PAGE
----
Not Now. Not Ever. Together. Supporting Domestic and Family Violence Prevention Month

Officers from across the QPS have shown their support for this year’s Domestic and Family Violence Prevention Month by spreading an important message with the Queensland community to stop the scourge of domestic and family violence across the state.

Everyone deserves to feel safe in their own home, but sadly, every day police officers across Queensland respond to emergency situations involving domestic violence.

Tragically, 15 people were killed in 2019 as a result of domestic violence. That is 15 people too many.

The theme for this year’s Domestic and Family Violence Prevention Month is Not Now. Not Ever. Together. which is why we are urging everyone to recognise the signs of domestic violence, to reach out and speak up.

When discussing this month-long event, Commissioner Katarina Carroll said Domestic and Family was a significant issue, both within the QPS and beyond.

“We [the QPS] are heavily invested in making sure that our communities are safe,” Commissioner Carroll said.

“If you get a sense or a feeling that something is not quite right, more often than not you are correct. Please report it to police and have that conversation.

“We understand that Queenslanders are facing unprecedented pressures at the moment as we prevent the spread of COVID-19, and that these changes to the way we are currently living could make it more difficult for people to reach out for help if they are in an abusive relationship or living in a violent household.”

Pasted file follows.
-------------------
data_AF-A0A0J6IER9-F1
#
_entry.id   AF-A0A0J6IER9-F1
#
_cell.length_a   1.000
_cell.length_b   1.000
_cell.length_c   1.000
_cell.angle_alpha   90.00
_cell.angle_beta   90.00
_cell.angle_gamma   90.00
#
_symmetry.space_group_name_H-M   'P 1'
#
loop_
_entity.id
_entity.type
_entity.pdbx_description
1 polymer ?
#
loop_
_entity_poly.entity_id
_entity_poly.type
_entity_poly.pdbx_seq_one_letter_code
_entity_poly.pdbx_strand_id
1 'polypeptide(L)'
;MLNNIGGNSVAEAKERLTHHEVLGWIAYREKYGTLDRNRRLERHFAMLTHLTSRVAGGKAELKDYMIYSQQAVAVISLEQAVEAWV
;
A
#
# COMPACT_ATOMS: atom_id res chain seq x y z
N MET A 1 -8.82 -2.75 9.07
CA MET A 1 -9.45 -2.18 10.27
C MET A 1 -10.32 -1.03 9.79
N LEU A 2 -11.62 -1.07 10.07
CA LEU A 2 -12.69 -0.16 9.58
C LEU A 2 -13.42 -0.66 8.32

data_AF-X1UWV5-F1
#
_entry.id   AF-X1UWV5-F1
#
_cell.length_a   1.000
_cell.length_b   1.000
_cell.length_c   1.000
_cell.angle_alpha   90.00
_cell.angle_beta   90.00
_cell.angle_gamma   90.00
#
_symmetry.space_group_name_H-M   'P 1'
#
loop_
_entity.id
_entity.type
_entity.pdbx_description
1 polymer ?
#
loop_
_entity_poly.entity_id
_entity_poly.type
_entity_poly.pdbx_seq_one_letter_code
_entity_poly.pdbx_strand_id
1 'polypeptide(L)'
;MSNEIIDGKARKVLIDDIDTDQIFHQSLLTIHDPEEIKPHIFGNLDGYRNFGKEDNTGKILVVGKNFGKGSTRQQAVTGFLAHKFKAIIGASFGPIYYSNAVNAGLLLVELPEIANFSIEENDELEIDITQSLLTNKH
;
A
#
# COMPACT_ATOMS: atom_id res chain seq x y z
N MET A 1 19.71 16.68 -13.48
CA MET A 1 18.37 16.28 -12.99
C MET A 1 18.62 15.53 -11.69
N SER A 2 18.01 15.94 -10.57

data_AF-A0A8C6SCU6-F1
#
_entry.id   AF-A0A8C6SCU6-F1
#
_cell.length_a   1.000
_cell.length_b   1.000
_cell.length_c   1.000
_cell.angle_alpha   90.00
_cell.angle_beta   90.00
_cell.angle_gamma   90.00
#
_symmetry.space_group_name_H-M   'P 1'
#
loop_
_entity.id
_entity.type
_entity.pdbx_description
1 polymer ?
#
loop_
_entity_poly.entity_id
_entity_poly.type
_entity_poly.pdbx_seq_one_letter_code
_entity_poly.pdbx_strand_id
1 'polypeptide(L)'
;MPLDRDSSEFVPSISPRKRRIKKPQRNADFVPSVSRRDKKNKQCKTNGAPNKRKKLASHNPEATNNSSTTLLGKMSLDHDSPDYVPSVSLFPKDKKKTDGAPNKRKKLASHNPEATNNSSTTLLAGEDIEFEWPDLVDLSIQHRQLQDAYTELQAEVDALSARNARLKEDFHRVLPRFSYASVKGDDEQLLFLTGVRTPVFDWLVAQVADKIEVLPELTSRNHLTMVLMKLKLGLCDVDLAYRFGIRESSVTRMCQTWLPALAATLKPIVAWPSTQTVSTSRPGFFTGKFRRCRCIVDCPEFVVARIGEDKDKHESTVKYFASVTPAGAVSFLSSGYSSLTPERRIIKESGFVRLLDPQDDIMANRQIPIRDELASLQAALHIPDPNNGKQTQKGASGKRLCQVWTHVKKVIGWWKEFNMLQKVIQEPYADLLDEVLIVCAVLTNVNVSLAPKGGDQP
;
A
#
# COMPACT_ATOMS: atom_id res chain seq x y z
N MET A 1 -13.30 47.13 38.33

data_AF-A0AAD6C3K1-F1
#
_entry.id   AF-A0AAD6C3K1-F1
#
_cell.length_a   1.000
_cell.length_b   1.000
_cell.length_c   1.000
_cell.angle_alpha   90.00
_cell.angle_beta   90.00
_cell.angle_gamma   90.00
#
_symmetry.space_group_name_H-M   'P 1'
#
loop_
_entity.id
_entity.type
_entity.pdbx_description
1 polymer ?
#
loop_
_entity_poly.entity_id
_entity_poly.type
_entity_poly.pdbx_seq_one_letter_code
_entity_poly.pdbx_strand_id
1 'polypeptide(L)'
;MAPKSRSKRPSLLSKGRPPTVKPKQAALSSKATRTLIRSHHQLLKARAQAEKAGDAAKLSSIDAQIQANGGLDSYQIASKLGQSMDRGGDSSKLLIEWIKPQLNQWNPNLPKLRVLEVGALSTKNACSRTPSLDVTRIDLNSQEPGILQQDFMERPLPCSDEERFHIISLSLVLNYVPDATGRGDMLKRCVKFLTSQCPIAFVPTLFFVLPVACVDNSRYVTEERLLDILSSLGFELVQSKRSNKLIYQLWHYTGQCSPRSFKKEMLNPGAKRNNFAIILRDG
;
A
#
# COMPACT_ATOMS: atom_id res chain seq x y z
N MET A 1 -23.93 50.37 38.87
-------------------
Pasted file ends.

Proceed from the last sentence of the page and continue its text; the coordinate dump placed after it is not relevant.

The Homicide Investigation Unit is not an area that people think about when talking about domestic and family violence prevention, but unfortunately their involvement is very real.

Detective Senior Constable Kent Ellis from the Homicide Investigation Unit said the harsh reality of a domestic violence situation that has turned into a homicide investigation is nothing short of tragic.

“I see the devastating impacts on the family, the ongoing trauma to children who effectively lose both parents. I hear the stories from friends and families who wished they had done something, said something,” said Detective Senior Constable Ellis.

“This message is so important, one we rarely get to say before a tragedy, because once we’re involved, it’s too late.

“We know bystander intervention is hard, uncomfortable, challenging and might be rebuffed. But it could also save a life.

“One death is one too many. Don’t wait for visible signs of extreme violence or escalating behaviour. It may not come.”

The QPS has developed an online method for vulnerable people as an alternative contact option for non-urgent matters. You can find out more about this here: www.police.qld.gov.au/domestic-violence

Commissioner Carroll said the online contact system provided an alternative way for people to reach out for help.

This Domestic Violence Prevention Month we are asking everyone to come together and help stop domestic violence by recognising the signs and speaking out.

Head to the Domestic and Family Violence Prevention Month webpage to find out more about what the Queensland Government is doing to raise awareness in May 2020.

In the event of an emergency; if an incident of domestic violence is currently happening, if anyone is seriously injured or in immediate danger, contact the police on Triple Zero (000).

For all other domestic and family violence-related matters, contact Policelink on 131 444, 24 hours, 7 days a week.

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